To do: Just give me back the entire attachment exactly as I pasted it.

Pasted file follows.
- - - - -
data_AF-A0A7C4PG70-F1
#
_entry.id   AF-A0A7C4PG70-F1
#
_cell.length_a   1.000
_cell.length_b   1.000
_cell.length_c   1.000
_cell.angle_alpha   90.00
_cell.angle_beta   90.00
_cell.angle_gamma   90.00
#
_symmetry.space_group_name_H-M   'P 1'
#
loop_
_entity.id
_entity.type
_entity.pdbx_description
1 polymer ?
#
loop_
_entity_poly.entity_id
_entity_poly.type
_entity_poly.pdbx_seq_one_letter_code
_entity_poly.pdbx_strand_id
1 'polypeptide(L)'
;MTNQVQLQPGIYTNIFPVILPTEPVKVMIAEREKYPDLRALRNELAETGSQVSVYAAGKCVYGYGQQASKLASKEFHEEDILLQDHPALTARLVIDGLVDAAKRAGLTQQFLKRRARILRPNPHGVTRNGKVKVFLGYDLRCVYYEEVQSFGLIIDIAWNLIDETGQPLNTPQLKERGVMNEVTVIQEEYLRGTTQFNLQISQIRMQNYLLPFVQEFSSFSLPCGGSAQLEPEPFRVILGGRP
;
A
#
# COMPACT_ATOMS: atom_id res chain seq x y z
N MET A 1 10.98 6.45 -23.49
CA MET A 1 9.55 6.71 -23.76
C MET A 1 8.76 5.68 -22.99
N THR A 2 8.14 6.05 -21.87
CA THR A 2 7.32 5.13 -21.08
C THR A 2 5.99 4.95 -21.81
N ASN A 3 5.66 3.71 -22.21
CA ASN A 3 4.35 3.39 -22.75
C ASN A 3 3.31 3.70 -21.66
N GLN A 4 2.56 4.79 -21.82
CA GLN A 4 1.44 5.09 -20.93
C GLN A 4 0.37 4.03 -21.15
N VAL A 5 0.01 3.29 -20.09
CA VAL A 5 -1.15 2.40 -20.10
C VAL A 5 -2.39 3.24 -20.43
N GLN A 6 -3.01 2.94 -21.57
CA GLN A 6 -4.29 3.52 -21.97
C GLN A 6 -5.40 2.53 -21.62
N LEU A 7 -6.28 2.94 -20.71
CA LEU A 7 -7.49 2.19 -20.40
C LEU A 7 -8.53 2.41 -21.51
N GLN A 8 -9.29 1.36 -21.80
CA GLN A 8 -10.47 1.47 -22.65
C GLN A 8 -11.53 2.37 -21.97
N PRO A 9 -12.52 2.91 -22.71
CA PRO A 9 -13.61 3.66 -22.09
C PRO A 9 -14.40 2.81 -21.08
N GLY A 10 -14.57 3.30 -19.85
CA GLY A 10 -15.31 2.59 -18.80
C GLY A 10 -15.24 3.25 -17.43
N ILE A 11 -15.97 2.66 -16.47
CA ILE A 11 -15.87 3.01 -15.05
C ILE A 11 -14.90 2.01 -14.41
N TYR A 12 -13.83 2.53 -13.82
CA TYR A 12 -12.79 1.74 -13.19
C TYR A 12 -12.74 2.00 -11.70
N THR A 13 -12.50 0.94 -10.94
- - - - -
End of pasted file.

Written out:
data_AF-A0A7C4PG70-F1
#
_entry.id   AF-A0A7C4PG70-F1
#
_cell.length_a   1.000
_cell.length_b   1.000
_cell.length_c   1.000
_cell.angle_alpha   90.00
_cell.angle_beta   90.00
_cell.angle_gamma   90.00
#
_symmetry.space_group_name_H-M   'P 1'
#
loop_
_entity.id
_entity.type
_entity.pdbx_description
1 polymer ?
#
loop_
_entity_poly.entity_id
_entity_poly.type
_entity_poly.pdbx_seq_one_letter_code
_entity_poly.pdbx_strand_id
1 'polypeptide(L)'
;MTNQVQLQPGIYTNIFPVILPTEPVKVMIAEREKYPDLRALRNELAETGSQVSVYAAGKCVYGYGQQASKLASKEFHEEDILLQDHPALTARLVIDGLVDAAKRAGLTQQFLKRRARILRPNPHGVTRNGKVKVFLGYDLRCVYYEEVQSFGLIIDIAWNLIDETGQPLNTPQLKERGVMNEVTVIQEEYLRGTTQFNLQISQIRMQNYLLPFVQEFSSFSLPCGGSAQLEPEPFRVILGGRP
;
A
#
# COMPACT_ATOMS: atom_id res chain seq x y z
N MET A 1 10.98 6.45 -23.49
CA MET A 1 9.55 6.71 -23.76
C MET A 1 8.76 5.68 -22.99
N THR A 2 8.14 6.05 -21.87
CA THR A 2 7.32 5.13 -21.08
C THR A 2 5.99 4.95 -21.81
N ASN A 3 5.66 3.71 -22.21
CA ASN A 3 4.35 3.39 -22.75
C ASN A 3 3.31 3.70 -21.66
N GLN A 4 2.56 4.79 -21.82
CA GLN A 4 1.44 5.09 -20.93
C GLN A 4 0.37 4.03 -21.15
N VAL A 5 0.01 3.29 -20.09
CA VAL A 5 -1.15 2.40 -20.10
C VAL A 5 -2.39 3.24 -20.43
N GLN A 6 -3.01 2.94 -21.57
CA GLN A 6 -4.29 3.52 -21.97
C GLN A 6 -5.40 2.53 -21.62
N LEU A 7 -6.28 2.94 -20.71
CA LEU A 7 -7.49 2.19 -20.40
C LEU A 7 -8.53 2.41 -21.51
N GLN A 8 -9.29 1.36 -21.80
CA GLN A 8 -10.47 1.47 -22.65
C GLN A 8 -11.53 2.37 -21.97
N PRO A 9 -12.52 2.91 -22.71
CA PRO A 9 -13.61 3.66 -22.09
C PRO A 9 -14.40 2.81 -21.08
N GLY A 10 -14.57 3.30 -19.85
CA GLY A 10 -15.31 2.59 -18.80
C GLY A 10 -15.24 3.25 -17.43
N ILE A 11 -15.97 2.66 -16.47
CA ILE A 11 -15.87 3.01 -15.05
C ILE A 11 -14.90 2.01 -14.41
N TYR A 12 -13.83 2.53 -13.82
CA TYR A 12 -12.79 1.74 -13.19
C TYR A 12 -12.74 2.00 -11.70
N THR A 13 -12.50 0.94 -10.94